of him or his threats.
37. The less a wife of an alcoholic reacts to her
husband's threats, the less effective they become.
Chapter 36: Wipe Out Saying, "You've Been Drinking Again!" (p. 165-168)
38. At first, when a wife of an alcoholic stops saying to him that he
has been drinking, her husband will be relived. But after awhile, he will
become scared that she is no longer giving attention to his sick needs, but
rather she is focusing on her own needs.
Chapter 37: Don't Expect Him to Be Sober (p. 169-170)
39. Alcoholics drink because
a. they don't love their families enough to stop drinking.
b. they don't love God enough to stop drinking.
c. they don't have enough will
power to stop drinking.
d. they are addicted to alcohol.
Chapter 38: Stop Checking the Bars (p. 171-176)
40. Which is NOT true?
a. A wife of an alcoholic can get to the point where she no longer wants
to check and see if her husband is drinking.
b. When a wife stops checking up on her alcoholic husband, her fears will
c. When a wife is hurt less and less by her husband's drinking, she is
d. When a wife pursues plans to live and enjoy her life, without focusing on
her husband's drinking, she is getting healthier.
Chapter 39: Don't Beg Him to Stay (p. 177-184)
41. If an alcoholic husband threatens to leave, his wife should
a. don't raise her voice.
b. offer to pack his bags for him.
c. walk him to the door.
d. All of the above.
42. Which is NOT true about a wife of an alcoholic?
a. If she acts steadfastly from her mind and not her fears, no matter
how lonely or panicked she gets, in about six months, she will be a changed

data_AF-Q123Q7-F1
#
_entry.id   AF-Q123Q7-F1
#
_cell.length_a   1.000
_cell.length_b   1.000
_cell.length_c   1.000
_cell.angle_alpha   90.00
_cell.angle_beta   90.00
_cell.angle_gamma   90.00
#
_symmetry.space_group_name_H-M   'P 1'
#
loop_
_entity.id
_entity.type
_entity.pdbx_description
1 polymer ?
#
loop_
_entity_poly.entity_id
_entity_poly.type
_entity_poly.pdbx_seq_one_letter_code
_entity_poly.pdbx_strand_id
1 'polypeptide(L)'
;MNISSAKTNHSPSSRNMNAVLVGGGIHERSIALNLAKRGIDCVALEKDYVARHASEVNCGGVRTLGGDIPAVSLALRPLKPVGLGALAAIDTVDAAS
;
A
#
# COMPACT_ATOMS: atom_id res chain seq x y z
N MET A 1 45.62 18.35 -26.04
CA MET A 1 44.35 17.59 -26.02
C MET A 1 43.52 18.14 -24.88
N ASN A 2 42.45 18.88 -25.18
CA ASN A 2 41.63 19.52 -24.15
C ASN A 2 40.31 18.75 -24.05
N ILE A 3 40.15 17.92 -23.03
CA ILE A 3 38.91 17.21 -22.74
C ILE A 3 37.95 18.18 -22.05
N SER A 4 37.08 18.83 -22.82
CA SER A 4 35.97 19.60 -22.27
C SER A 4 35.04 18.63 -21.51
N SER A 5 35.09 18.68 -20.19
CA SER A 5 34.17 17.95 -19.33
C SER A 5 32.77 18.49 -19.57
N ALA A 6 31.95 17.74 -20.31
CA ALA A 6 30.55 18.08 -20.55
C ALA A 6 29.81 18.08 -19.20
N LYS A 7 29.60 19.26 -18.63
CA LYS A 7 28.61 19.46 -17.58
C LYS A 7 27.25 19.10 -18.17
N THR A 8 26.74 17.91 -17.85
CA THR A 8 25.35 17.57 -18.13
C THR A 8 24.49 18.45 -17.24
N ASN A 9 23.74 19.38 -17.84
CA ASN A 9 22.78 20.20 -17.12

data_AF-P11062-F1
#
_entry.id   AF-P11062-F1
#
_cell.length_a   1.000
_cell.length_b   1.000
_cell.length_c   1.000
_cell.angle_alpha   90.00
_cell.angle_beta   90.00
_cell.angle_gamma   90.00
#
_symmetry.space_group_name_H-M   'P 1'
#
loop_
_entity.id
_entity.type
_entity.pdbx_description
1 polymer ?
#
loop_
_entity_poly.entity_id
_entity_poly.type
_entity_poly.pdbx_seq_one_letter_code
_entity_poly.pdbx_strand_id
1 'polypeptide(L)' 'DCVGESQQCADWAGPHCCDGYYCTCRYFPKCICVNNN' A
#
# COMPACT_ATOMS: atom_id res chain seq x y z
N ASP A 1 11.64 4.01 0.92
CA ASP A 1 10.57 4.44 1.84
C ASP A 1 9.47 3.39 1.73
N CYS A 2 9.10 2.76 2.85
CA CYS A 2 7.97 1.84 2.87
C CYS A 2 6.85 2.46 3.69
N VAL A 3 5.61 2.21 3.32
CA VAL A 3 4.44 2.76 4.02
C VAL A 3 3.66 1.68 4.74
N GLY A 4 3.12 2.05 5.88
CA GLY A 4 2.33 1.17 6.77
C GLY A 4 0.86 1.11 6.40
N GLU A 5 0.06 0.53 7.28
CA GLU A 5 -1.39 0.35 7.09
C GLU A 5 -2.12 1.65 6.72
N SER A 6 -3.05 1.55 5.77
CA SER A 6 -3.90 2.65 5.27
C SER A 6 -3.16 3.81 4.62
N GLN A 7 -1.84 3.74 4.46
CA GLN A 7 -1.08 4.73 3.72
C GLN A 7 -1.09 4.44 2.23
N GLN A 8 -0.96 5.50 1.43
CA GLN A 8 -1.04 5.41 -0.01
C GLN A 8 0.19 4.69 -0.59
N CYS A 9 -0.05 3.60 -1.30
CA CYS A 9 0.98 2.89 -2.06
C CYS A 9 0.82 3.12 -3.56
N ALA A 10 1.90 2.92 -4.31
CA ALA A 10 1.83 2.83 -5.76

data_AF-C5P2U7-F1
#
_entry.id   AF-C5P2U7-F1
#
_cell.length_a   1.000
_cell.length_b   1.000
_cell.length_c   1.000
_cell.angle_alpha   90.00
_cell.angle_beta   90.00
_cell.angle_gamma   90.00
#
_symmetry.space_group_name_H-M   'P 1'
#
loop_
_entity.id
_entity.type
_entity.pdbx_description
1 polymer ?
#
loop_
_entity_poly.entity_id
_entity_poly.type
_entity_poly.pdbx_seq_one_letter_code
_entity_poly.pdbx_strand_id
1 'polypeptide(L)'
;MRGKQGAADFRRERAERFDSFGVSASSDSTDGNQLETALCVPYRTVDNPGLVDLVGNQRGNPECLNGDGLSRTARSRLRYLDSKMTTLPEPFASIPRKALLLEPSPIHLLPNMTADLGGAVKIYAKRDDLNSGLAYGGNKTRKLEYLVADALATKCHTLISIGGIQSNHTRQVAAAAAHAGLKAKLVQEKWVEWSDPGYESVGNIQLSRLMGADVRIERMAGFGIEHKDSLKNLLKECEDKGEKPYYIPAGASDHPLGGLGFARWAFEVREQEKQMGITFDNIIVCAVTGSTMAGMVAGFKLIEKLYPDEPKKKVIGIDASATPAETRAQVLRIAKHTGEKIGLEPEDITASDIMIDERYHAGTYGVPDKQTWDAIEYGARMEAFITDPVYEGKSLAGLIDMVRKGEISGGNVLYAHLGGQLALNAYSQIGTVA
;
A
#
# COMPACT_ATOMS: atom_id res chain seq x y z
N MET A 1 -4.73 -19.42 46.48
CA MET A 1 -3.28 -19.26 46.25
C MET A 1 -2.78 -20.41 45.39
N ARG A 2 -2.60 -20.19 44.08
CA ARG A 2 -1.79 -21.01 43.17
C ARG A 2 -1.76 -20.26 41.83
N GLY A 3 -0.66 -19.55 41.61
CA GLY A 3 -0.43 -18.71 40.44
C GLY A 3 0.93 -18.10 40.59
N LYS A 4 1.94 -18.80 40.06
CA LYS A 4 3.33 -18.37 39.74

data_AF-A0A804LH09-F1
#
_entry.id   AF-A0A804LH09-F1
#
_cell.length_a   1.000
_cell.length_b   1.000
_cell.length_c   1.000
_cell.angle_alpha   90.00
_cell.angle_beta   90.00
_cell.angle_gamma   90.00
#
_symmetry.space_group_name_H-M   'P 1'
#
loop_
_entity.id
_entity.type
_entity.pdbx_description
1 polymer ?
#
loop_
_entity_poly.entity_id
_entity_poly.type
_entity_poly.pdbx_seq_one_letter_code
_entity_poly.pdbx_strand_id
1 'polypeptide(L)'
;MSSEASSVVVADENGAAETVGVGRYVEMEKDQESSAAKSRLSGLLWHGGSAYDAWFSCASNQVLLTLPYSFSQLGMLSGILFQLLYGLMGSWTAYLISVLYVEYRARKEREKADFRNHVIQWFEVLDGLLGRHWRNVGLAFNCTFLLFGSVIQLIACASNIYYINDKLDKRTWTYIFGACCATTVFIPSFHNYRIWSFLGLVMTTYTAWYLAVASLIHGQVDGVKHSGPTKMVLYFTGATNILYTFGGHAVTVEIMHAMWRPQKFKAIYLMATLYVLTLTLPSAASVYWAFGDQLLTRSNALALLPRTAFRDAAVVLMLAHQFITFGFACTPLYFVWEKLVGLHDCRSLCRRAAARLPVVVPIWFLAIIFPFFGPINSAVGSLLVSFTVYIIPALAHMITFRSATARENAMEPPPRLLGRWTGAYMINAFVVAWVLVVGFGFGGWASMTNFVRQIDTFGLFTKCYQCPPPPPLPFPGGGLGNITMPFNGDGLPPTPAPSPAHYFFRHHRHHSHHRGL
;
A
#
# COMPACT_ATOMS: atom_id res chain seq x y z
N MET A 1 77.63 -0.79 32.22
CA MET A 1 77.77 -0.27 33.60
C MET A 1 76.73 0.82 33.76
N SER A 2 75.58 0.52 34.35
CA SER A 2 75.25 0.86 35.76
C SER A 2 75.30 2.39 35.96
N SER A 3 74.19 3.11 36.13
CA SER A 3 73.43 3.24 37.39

person. She will have started to love herself, like herself, respect
herself, and be able to love in a healthy way. She will no longer miss the
excited misery. She will be repulsed by it.
b. A wife, when acting from her head (mind) and not her heart (fears),
should expect pressures, persuasions, and threats from her alcoholic
husband. They're part of his sickness.
c. When a wife slips up and gets upset at her alcoholic husband, it means
she is not getting better.
d. A wife has a good chance of becoming less vulnerable to her alcoholic
husband by admitting her vulnerability rather than denying it.
Chapter 40: Don't Be Scared That He Will Leave If He Gets
Well (p. 185-189)
43. True sobriety involves more than just giving up alcohol. It also
means to treat one's family with kindness instead of intimidation. It means
to heal physically, mentally, and spiritually.
Chapter 41: Getting Help (p. 190-192)
44. This chapter is about getting help from
b. good friends
APPENDIX A: Sex and Alcoholism (p. 193-199)
45. A wife of an alcoholic should
stop feeling guilty about having her needs met and initiate sex when she
wants to. She should say no when she does not want sex. And she should not
expect her husband to improve his behavior through communication because
alcoholism makes him too selfish to do so.